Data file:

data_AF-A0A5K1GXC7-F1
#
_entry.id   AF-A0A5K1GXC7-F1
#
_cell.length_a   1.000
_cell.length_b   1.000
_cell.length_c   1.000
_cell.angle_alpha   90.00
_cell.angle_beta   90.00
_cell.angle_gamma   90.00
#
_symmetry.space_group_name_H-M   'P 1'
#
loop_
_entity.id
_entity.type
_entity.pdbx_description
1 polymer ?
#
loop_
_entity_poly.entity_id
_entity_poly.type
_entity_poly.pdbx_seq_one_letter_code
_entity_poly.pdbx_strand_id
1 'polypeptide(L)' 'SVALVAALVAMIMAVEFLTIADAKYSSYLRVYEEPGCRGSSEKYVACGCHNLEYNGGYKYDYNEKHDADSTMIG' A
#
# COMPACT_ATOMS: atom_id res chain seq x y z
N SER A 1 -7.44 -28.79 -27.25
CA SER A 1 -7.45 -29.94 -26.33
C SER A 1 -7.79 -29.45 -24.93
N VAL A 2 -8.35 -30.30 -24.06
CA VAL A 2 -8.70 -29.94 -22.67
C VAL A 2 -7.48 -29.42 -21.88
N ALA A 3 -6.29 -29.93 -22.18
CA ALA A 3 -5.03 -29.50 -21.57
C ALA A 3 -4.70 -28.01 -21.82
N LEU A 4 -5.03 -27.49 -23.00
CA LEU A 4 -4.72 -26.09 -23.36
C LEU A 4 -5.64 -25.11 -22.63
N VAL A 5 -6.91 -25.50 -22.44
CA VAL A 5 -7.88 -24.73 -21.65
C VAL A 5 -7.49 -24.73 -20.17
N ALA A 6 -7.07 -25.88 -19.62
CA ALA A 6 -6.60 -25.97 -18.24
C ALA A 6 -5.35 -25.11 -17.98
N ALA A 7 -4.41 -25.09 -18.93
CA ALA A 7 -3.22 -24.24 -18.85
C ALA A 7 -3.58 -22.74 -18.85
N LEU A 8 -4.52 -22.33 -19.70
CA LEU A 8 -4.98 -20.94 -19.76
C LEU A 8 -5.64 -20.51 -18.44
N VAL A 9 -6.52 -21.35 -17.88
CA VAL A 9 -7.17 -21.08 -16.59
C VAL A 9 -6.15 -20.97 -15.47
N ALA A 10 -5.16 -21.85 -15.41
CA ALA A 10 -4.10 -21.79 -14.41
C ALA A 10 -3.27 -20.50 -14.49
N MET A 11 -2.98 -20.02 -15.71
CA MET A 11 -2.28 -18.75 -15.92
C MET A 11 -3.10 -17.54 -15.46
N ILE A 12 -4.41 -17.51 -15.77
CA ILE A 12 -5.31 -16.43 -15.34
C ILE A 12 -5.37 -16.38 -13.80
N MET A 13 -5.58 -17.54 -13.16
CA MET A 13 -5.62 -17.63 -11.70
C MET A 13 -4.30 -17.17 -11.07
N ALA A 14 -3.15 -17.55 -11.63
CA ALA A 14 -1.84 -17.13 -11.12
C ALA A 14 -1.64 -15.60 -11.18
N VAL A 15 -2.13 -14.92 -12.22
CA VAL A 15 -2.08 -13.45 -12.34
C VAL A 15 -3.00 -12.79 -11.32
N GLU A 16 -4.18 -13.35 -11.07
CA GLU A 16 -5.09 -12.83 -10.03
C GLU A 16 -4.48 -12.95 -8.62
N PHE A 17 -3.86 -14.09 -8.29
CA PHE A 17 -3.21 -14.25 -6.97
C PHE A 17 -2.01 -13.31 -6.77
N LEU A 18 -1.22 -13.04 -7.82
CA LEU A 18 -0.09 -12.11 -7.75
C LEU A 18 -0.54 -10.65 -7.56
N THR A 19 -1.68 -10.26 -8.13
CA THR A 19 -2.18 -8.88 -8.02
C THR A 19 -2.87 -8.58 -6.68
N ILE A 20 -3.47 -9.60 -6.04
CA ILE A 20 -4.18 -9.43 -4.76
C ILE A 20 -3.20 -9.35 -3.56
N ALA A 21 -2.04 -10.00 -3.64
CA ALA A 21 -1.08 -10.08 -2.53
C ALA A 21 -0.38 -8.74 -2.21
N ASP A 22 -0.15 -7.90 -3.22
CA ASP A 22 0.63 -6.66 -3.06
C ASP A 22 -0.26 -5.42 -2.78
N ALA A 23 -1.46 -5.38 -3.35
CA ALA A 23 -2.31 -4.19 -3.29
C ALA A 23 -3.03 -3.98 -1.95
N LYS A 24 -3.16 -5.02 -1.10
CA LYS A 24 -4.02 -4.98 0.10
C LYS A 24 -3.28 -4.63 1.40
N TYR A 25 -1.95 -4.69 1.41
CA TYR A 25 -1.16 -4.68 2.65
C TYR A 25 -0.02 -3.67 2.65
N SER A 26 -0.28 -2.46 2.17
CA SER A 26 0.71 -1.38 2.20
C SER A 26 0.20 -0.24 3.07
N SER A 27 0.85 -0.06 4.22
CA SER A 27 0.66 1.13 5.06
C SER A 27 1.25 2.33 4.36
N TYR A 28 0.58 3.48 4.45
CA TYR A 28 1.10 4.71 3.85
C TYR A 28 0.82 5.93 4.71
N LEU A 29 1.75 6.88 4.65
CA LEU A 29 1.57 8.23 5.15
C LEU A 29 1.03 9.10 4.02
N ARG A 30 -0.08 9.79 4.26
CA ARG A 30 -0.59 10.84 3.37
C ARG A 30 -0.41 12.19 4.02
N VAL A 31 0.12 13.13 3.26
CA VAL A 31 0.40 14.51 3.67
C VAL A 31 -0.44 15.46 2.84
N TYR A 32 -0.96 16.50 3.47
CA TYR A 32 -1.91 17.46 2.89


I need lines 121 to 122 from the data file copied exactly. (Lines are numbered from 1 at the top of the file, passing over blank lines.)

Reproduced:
N TYR A 32 -0.96 16.50 3.47
CA TYR A 32 -1.91 17.46 2.89